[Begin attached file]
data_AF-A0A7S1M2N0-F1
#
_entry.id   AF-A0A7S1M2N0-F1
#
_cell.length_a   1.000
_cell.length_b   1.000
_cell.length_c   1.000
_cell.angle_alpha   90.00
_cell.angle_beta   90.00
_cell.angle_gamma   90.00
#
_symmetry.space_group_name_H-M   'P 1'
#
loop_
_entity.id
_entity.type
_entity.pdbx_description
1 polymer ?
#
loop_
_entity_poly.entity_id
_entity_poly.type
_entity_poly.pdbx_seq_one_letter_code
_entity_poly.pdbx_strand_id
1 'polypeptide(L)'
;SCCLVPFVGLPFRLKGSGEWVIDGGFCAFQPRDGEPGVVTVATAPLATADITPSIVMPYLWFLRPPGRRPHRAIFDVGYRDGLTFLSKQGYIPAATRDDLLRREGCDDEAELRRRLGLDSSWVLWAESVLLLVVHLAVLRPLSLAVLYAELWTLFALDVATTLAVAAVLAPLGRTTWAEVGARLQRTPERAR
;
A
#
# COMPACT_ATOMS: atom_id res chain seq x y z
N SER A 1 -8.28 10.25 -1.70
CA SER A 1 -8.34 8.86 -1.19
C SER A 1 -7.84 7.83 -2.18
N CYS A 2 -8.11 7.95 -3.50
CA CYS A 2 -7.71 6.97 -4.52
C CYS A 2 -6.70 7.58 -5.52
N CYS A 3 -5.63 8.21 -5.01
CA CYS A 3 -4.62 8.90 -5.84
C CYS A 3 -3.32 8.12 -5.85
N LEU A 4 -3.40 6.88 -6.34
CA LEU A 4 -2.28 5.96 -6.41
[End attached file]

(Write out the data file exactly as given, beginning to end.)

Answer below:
data_AF-A0A7S1M2N0-F1
#
_entry.id   AF-A0A7S1M2N0-F1
#
_cell.length_a   1.000
_cell.length_b   1.000
_cell.length_c   1.000
_cell.angle_alpha   90.00
_cell.angle_beta   90.00
_cell.angle_gamma   90.00
#
_symmetry.space_group_name_H-M   'P 1'
#
loop_
_entity.id
_entity.type
_entity.pdbx_description
1 polymer ?
#
loop_
_entity_poly.entity_id
_entity_poly.type
_entity_poly.pdbx_seq_one_letter_code
_entity_poly.pdbx_strand_id
1 'polypeptide(L)'
;SCCLVPFVGLPFRLKGSGEWVIDGGFCAFQPRDGEPGVVTVATAPLATADITPSIVMPYLWFLRPPGRRPHRAIFDVGYRDGLTFLSKQGYIPAATRDDLLRREGCDDEAELRRRLGLDSSWVLWAESVLLLVVHLAVLRPLSLAVLYAELWTLFALDVATTLAVAAVLAPLGRTTWAEVGARLQRTPERAR
;
A
#
# COMPACT_ATOMS: atom_id res chain seq x y z
N SER A 1 -8.28 10.25 -1.70
CA SER A 1 -8.34 8.86 -1.19
C SER A 1 -7.84 7.83 -2.18
N CYS A 2 -8.11 7.95 -3.50
CA CYS A 2 -7.71 6.97 -4.52
C CYS A 2 -6.70 7.58 -5.52
N CYS A 3 -5.63 8.21 -5.01
CA CYS A 3 -4.62 8.90 -5.84
C CYS A 3 -3.32 8.12 -5.85
N LEU A 4 -3.40 6.88 -6.34
CA LEU A 4 -2.28 5.96 -6.41